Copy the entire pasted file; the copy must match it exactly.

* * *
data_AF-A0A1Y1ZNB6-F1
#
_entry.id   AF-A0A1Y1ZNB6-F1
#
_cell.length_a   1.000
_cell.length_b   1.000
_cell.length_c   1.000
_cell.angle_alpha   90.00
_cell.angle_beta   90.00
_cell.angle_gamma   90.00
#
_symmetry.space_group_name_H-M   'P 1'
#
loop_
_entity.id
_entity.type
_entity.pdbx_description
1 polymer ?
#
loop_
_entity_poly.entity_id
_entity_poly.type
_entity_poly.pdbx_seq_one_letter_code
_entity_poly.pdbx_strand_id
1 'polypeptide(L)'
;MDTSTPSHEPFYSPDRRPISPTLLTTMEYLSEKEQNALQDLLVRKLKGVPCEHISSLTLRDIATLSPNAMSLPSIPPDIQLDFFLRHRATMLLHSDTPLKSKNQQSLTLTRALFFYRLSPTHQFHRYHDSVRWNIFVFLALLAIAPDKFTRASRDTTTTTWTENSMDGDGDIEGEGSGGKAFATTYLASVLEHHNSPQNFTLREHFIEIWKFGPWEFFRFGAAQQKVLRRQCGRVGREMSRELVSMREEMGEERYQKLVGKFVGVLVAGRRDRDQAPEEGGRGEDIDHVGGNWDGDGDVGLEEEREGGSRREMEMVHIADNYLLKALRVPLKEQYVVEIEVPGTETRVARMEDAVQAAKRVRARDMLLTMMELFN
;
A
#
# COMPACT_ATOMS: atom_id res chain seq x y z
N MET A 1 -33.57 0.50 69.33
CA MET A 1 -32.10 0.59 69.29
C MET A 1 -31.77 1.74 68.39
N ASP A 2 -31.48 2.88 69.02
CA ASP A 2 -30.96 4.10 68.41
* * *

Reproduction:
data_AF-A0A1Y1ZNB6-F1
#
_entry.id   AF-A0A1Y1ZNB6-F1
#
_cell.length_a   1.000
_cell.length_b   1.000
_cell.length_c   1.000
_cell.angle_alpha   90.00
_cell.angle_beta   90.00
_cell.angle_gamma   90.00
#
_symmetry.space_group_name_H-M   'P 1'
#
loop_
_entity.id
_entity.type
_entity.pdbx_description
1 polymer ?
#
loop_
_entity_poly.entity_id
_entity_poly.type
_entity_poly.pdbx_seq_one_letter_code
_entity_poly.pdbx_strand_id
1 'polypeptide(L)'
;MDTSTPSHEPFYSPDRRPISPTLLTTMEYLSEKEQNALQDLLVRKLKGVPCEHISSLTLRDIATLSPNAMSLPSIPPDIQLDFFLRHRATMLLHSDTPLKSKNQQSLTLTRALFFYRLSPTHQFHRYHDSVRWNIFVFLALLAIAPDKFTRASRDTTTTTWTENSMDGDGDIEGEGSGGKAFATTYLASVLEHHNSPQNFTLREHFIEIWKFGPWEFFRFGAAQQKVLRRQCGRVGREMSRELVSMREEMGEERYQKLVGKFVGVLVAGRRDRDQAPEEGGRGEDIDHVGGNWDGDGDVGLEEEREGGSRREMEMVHIADNYLLKALRVPLKEQYVVEIEVPGTETRVARMEDAVQAAKRVRARDMLLTMMELFN
;
A
#
# COMPACT_ATOMS: atom_id res chain seq x y z
N MET A 1 -33.57 0.50 69.33
CA MET A 1 -32.10 0.59 69.29
C MET A 1 -31.77 1.74 68.39
N ASP A 2 -31.48 2.88 69.02
CA ASP A 2 -30.96 4.10 68.41